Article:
Exchanging the active species, Li by multivalent, abundant and cheap cations, such as Mg, are projected to boost energy densities and lower the cost per kilo-watt-hour significantly, making the Mg-ion battery technology a highly promising candidate for large scale energy storage. Recently, well-functioning high capacity negative electrodes (anodes) and electrolytes have been identified and demonstrated in laboratory-scale Mg-ion battery cells. With these in hand the major limitation of the Mg-ion battery technology is the need for suitable high capacity positive electrode (cathode) materials.
The aim of this project is to develop novel improved high capacity cathode materials for Mg-ion batteries based on abundant, cheap, and safe materials. A major part of the project is utilization of advanced state-of-the-art in operando studies of structural changes on the atomic scale within the battery electrodes as they undergo charge and discharge. This will provide new important insight into phase transformations and intercalation mechanisms during operation of multivalent batteries yielding novel design criteria for material optimization and thereby move the battery technology beyond the well-known lithium system and significantly improve the performance.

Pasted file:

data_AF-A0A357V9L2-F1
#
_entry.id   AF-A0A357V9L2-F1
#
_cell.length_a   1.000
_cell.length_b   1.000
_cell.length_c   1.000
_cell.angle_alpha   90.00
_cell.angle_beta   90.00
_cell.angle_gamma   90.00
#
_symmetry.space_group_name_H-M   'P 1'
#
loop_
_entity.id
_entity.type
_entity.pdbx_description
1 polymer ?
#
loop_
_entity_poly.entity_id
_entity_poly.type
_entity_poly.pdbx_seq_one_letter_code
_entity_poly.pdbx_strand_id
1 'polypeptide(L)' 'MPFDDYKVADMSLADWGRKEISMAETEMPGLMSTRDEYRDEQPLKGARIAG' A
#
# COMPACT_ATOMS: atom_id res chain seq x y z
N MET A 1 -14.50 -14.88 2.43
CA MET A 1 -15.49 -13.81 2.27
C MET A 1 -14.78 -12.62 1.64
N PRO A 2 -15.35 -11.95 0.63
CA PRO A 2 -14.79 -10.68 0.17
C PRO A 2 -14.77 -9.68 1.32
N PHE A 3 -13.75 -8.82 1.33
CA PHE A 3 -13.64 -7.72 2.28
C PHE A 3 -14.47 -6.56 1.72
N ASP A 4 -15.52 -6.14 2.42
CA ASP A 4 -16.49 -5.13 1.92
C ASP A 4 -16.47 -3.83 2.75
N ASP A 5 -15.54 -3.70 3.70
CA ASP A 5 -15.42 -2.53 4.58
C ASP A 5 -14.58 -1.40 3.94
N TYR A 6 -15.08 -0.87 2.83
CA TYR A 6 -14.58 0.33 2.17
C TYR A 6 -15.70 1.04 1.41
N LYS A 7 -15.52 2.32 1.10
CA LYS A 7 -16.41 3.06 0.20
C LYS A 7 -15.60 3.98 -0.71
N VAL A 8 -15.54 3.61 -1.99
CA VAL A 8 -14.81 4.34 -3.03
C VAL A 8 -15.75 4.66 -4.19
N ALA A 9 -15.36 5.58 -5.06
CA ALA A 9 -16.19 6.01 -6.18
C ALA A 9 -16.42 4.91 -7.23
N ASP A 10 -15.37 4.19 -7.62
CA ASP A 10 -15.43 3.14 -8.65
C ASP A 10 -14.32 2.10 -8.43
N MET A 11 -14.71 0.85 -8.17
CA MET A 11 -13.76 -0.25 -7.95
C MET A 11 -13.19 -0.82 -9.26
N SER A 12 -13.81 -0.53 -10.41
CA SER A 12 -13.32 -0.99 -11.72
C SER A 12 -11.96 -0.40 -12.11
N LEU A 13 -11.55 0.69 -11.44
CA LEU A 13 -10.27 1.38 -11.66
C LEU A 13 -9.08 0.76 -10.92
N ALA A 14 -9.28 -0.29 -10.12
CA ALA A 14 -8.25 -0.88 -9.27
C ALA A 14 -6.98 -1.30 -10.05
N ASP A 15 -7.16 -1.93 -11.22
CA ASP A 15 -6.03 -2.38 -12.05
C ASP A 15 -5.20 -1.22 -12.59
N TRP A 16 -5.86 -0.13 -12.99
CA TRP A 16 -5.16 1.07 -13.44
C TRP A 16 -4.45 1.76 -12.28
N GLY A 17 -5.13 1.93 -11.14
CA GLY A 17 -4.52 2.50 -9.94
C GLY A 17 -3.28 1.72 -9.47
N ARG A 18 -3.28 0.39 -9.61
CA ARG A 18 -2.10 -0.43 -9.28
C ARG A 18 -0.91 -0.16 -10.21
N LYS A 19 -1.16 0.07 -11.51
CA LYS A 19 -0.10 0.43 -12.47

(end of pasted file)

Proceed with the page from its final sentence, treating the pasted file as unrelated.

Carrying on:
This research is based on a Villum Young Investigator Grant from the Villum Foundation running from 2014 – 2017.